Some companies probably deserved to be affected, but some good ones got affected too, he says.

During the downturn in sales in the past 12 months the company has focused on research and development, particularly for the export market. He says the company is disappointed the government has decided to remove the R&D incentives.

“Funding R&D is difficult, and any encouragement or contribution helps,” he says.

Finzsoft has 50 staff, of which half are developers, says McLaughlin. The rest are involved in system architecture, support and sales.

In 1971 McLaughlin joined the company that would later become Baycorp, which was founded by his father. McLaughlin and his brother came onboard in the early 70s and started Baycorp itself in 1985.

He went to Sydney in 2001 for the merger between Baycorp and Data Advantage. He oversaw the merging of the Australian and New Zealand operations for a couple of years on contract.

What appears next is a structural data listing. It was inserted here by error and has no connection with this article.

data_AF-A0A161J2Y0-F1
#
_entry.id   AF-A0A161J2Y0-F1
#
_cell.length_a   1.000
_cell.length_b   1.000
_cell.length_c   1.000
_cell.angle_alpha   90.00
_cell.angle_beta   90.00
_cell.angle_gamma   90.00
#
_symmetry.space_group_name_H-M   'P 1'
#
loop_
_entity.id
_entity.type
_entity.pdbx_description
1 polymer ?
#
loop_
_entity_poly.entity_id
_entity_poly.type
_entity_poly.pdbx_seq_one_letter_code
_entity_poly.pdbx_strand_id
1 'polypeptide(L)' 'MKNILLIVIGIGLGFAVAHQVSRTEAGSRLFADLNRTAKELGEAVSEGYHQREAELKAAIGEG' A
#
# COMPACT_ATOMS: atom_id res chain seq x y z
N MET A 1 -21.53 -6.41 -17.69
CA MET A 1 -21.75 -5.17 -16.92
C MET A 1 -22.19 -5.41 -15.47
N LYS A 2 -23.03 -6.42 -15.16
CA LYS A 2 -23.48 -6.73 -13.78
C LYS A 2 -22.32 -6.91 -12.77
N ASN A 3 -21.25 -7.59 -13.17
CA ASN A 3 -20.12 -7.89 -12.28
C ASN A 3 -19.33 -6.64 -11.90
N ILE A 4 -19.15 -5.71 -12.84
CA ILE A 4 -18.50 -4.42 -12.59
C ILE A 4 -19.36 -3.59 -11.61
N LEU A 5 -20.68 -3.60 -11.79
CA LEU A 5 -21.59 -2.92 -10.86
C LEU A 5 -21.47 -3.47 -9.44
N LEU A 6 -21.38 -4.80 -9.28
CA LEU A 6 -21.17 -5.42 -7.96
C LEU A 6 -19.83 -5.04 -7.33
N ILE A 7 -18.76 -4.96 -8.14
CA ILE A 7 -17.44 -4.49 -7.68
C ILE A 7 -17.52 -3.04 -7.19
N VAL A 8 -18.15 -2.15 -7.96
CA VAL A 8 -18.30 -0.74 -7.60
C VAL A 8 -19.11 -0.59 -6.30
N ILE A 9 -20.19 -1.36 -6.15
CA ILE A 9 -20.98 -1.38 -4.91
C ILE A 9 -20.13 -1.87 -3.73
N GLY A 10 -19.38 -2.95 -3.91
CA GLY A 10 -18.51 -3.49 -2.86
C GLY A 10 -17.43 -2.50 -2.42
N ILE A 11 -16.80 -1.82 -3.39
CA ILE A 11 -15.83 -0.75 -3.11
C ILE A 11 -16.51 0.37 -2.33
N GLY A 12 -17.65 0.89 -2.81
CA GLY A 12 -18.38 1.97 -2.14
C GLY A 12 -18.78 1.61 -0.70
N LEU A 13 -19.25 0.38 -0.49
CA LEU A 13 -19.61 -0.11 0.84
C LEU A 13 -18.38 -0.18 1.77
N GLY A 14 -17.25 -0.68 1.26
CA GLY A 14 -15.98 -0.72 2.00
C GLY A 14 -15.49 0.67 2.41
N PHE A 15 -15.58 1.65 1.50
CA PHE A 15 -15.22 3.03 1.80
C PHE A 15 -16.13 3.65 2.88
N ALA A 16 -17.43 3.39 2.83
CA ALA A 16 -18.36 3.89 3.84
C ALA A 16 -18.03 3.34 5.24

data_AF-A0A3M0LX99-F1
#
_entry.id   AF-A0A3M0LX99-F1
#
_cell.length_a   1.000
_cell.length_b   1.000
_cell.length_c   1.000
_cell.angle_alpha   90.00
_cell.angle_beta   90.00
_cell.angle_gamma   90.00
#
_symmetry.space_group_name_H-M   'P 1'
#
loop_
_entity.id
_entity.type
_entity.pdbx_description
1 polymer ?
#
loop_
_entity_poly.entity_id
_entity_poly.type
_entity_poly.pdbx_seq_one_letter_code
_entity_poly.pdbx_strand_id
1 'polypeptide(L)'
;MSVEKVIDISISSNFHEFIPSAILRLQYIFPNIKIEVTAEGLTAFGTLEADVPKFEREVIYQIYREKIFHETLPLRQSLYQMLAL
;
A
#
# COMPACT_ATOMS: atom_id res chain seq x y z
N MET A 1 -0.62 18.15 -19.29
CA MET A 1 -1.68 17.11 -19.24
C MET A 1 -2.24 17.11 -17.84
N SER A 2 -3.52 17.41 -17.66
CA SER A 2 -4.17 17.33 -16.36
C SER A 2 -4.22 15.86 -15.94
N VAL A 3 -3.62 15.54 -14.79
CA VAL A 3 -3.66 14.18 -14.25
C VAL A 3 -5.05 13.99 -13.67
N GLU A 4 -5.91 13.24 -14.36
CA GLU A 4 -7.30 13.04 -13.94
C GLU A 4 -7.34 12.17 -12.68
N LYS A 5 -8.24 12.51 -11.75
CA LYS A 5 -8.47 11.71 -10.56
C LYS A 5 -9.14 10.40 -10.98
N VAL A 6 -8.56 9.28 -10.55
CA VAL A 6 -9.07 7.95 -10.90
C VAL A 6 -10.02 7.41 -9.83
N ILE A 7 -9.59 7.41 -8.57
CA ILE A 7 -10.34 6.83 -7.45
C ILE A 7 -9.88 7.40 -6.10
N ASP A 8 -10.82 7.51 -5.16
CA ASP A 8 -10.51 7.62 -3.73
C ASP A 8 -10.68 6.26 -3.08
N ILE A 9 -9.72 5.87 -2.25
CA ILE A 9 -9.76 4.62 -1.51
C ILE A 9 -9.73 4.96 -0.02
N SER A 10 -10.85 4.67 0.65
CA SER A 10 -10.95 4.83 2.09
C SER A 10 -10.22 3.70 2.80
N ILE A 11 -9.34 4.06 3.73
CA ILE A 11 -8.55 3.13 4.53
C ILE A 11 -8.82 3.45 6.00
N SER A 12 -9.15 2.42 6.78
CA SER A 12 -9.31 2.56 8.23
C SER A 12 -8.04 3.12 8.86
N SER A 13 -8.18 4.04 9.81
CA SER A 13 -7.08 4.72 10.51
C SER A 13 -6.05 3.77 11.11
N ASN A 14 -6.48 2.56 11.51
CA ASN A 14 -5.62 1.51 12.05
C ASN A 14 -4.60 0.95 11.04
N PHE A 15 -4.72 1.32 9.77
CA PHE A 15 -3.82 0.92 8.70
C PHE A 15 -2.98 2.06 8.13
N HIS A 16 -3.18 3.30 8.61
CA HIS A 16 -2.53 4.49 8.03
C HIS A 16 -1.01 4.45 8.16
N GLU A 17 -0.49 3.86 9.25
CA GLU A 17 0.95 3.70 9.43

He joined Finzsoft in 2007. The role gave him the opportunity to come back to financial services and technology – “my two passions”, he says.

Finzsoft has an office in Sydney with two staff.

Besides RACV, which went live with the system at the end of last year, Australian bank St George is another client across the Tasman.

In the longer term, McLaughlin sees Asia and the Middle East as potential markets.

Auckland-based M-Com, a provider of mobile banking and payment systems, is not slowing down its international growth, either.